There's value in that, so squeeze it.
Monday, August 19, 2013
> So now I have a web version, which I sell for $3/mo or $25 year. It too makes very few sales - 4 in total for the last 3 weeks.
Personally, I believe any efforts to sell on iPhone market without a massive, massive marketing budget and an app appealing to tens of millions users, are futile.
But since you're already having a SaaS, you may make your iPhone app a client to your SaaS, and push for subscriptions.
That doesn't block you from up-selling and cross-selling as in-app purchases; in fact, SaaS should be considered an up-sell. You just need to figure out what recurring value the users may get from the subscription.
The downside is that you need to support 2 (3 if you decide to tap for the biggest mobile market out there -- Android) apps, but you're already doing it.
Monday, August 19, 2013
@Reluctantlyregistered - no, that's the issue with the App Stores - you don't know anything about users who download your app.
That's another reason why I wanted to add a subscription - so I could get some user information when they signed up / bought the In-App Purchase.
But as I say, that's my major issue at the moment - is getting iOS users to sign up at all. Website traffic converts to signups much easier.
I'm considering making free sign-up mandatory to use the app at all - I'm pretty sure I can get that past Apple. (normally they would not allow that, but since my app has a legitimate server component, I think it will be OK).
@Vladimir Dyuzhev Yes, that's how I'm seeing the app now. Just a client / companion to the SaaS product.
Having the app free (with limitations) on the App Store makes a good advertising tool / sales funnel. It's easy traffic to get, although seems harder to convert them to paying users than say Google traffic.
The In-App purchase is a necessary evil, as you're not allowed to up-sell your own subscriptions in-app. You have to give Apple their 30% of any revenue via In-App Purchase.
I've been holding off on android due to it's poor performance for HTML5. It's catching up now though, so I might be able to release my app for Android soon. Beauty of HTML5 though is it's relatively easy to port to new platforms.
I think at this stage I probably will look at releasing a new version of my iOS app, with limitations around user-content for free users and a mandatory sign-up.
I might cop some flack from existing users, but at least I will have more control over how I can monetize the app and a chance of growing it into something bigger.
I'll report back after I've done that to let people know whether it was successful ;-)
Are you aware that Apple is about to release a NEW license receipt format that lets you know when a user bough the product. So you can offer older users the full features while offering new customers the iAP. All without making a new app.
Check this year's WWDC videos for details.
Nick, that makes vastly more sense than leaving the seller in the dark.
I wasn't sure if you got their details but quite horrific if you don't...
Wednesday, August 21, 2013
Seller just gets aggregate sales info broken down by country of purchase.
e.g. today I have sold 14 units, of which USA 10, France 3, Russia 1
No other info about users at all. I actually respect Apple for this choice though. From the user's point of view this is good as they can buy as many apps as they like without their contact details being spread around to every two-bit developer on the app store.
Well it's not just any 2 bit developer, it's the 2 bit developer they liked and trusted enough to give money in exchange for an app.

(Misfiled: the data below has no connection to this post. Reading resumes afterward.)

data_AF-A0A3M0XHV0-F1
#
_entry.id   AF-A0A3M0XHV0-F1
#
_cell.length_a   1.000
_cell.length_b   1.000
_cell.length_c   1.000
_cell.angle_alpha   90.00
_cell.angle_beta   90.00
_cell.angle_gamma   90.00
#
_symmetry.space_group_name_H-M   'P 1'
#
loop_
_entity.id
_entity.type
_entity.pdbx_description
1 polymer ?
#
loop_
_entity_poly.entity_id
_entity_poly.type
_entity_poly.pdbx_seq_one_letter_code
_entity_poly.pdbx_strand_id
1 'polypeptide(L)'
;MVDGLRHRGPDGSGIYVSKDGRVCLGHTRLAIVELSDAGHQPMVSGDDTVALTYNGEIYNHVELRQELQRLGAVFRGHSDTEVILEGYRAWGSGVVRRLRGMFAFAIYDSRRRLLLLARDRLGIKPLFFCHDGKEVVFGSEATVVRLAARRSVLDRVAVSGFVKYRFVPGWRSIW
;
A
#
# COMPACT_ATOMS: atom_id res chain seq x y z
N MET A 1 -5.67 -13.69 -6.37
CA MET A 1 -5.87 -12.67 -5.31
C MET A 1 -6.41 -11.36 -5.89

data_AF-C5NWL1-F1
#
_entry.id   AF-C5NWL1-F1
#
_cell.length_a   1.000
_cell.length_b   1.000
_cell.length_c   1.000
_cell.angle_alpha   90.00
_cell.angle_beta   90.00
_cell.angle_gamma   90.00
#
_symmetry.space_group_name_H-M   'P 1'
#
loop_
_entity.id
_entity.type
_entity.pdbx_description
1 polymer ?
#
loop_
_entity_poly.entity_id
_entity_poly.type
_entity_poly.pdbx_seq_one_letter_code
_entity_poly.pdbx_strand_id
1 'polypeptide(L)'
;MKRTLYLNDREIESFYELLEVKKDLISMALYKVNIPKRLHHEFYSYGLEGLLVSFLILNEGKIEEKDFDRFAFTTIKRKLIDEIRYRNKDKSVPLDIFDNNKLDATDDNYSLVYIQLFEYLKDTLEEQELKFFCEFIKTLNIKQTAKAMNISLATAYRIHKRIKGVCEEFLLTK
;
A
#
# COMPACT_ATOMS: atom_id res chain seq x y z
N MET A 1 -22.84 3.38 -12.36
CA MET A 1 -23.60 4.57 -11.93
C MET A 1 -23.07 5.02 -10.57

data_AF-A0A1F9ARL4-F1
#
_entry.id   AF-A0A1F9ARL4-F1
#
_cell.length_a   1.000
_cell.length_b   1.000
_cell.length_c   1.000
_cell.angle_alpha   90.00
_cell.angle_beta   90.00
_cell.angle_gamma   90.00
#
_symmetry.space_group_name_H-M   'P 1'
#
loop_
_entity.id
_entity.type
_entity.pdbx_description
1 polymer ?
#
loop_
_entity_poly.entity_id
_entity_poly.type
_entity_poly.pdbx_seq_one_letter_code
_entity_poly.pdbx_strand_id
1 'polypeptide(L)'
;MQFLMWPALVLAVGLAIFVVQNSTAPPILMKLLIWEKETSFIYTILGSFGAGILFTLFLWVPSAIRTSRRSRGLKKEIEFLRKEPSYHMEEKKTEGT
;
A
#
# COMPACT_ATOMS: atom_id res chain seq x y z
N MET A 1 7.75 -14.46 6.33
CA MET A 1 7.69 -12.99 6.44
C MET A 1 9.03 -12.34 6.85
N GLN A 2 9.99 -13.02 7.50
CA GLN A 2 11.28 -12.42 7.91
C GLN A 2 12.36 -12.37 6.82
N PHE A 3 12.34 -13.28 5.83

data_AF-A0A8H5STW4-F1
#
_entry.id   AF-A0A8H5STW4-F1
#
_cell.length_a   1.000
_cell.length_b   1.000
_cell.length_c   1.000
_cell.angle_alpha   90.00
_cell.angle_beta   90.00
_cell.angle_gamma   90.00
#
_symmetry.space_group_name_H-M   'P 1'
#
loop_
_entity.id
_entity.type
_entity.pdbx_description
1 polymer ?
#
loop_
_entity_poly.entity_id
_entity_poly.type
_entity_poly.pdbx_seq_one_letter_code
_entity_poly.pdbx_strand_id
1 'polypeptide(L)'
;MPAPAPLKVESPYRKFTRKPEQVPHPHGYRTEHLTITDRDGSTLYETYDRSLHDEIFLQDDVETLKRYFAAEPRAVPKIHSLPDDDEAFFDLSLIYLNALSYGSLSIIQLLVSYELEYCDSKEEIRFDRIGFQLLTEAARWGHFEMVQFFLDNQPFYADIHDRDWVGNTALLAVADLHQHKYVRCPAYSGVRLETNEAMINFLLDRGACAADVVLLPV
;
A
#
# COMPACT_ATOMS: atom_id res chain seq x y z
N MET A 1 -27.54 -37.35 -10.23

Wednesday, August 21, 2013
I think the the "traditional" indie software world, we like to think of having a relationship between the customer and the developer.
I think in the post-appstore world it's more like a relationship between the customer and the product. The less visible the developer, the better.
The app store is like a battlefield and your apps are your soldiers.
If the developer is also the marketer, vendor and support department, a relationship between the developer and the end user isn't so strange.
App stores result in lower quality products. Vendors don't get enough information about users to differentiate themselves on suitability, users discount the value of products for sale to the lowest common denominator, and the end result is a market where the minimum acceptable product with the lowest price dominates. It's a lose-lose for everyone.
App stores are chock full of flashlight, notepad, daily inspiration, word puzzle, etc. apps that are broken to some degree. There is no incentive to improve your app, if you don't strike it rich right away, you are yesterday's news, and there is no revenue stream to sustain product improvements.
Also, the best apps are free. They represent such a high percentage of the apps downloaded, that there is no competition between paid apps, they just get discarded. Oh well, another $1.99 wasted that I could have spent on a Big Gulp. Now the good free apps have funding to make sure your Official NFL Headlines app works properly and bugs are fixed. But Joe's $5.99 Sports Newsfeed app dies on the vine.
"When your customer walks into Fry's and buys your software, what customer info do you get?"
Good point, if you rely on retailers for marketing information, your product will suffer, and the retailer just moves onto the next product that fits on the shelf and offers a good profit margin. Regardless of how much retailers and distributors like to talk about building their brand with superiour customer service, all they provide is access to customers and the logistics associated with purchasing. This is an issue with big ticket items like commercial HVAC systems as well as $20 software, if you want to make sure your customers are happy, you have to have direct contact with your customers.